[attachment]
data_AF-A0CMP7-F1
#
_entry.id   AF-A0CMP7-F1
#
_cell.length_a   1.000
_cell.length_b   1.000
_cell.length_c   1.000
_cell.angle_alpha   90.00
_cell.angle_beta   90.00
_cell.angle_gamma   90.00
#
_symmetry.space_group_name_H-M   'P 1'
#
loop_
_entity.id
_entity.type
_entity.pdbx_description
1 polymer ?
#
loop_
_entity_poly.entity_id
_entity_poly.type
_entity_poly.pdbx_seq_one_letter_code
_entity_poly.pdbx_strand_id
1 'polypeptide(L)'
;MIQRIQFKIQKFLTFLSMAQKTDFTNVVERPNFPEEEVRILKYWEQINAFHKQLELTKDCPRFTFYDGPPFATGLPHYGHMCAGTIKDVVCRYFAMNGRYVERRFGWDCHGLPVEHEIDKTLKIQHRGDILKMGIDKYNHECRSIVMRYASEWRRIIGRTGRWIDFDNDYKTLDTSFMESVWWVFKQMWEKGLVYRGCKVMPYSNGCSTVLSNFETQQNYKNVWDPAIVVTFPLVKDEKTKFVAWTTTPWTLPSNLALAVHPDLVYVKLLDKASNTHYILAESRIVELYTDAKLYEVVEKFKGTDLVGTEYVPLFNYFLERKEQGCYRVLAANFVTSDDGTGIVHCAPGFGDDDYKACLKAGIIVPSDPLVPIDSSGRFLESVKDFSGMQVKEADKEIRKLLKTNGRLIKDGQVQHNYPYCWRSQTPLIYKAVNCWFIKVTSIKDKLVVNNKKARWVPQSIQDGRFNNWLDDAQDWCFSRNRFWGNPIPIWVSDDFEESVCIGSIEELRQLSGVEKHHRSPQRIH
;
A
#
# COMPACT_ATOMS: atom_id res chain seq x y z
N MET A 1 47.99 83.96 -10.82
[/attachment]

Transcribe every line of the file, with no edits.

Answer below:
data_AF-A0CMP7-F1
#
_entry.id   AF-A0CMP7-F1
#
_cell.length_a   1.000
_cell.length_b   1.000
_cell.length_c   1.000
_cell.angle_alpha   90.00
_cell.angle_beta   90.00
_cell.angle_gamma   90.00
#
_symmetry.space_group_name_H-M   'P 1'
#
loop_
_entity.id
_entity.type
_entity.pdbx_description
1 polymer ?
#
loop_
_entity_poly.entity_id
_entity_poly.type
_entity_poly.pdbx_seq_one_letter_code
_entity_poly.pdbx_strand_id
1 'polypeptide(L)'
;MIQRIQFKIQKFLTFLSMAQKTDFTNVVERPNFPEEEVRILKYWEQINAFHKQLELTKDCPRFTFYDGPPFATGLPHYGHMCAGTIKDVVCRYFAMNGRYVERRFGWDCHGLPVEHEIDKTLKIQHRGDILKMGIDKYNHECRSIVMRYASEWRRIIGRTGRWIDFDNDYKTLDTSFMESVWWVFKQMWEKGLVYRGCKVMPYSNGCSTVLSNFETQQNYKNVWDPAIVVTFPLVKDEKTKFVAWTTTPWTLPSNLALAVHPDLVYVKLLDKASNTHYILAESRIVELYTDAKLYEVVEKFKGTDLVGTEYVPLFNYFLERKEQGCYRVLAANFVTSDDGTGIVHCAPGFGDDDYKACLKAGIIVPSDPLVPIDSSGRFLESVKDFSGMQVKEADKEIRKLLKTNGRLIKDGQVQHNYPYCWRSQTPLIYKAVNCWFIKVTSIKDKLVVNNKKARWVPQSIQDGRFNNWLDDAQDWCFSRNRFWGNPIPIWVSDDFEESVCIGSIEELRQLSGVEKHHRSPQRIH
;
A
#
# COMPACT_ATOMS: atom_id res chain seq x y z
N MET A 1 47.99 83.96 -10.82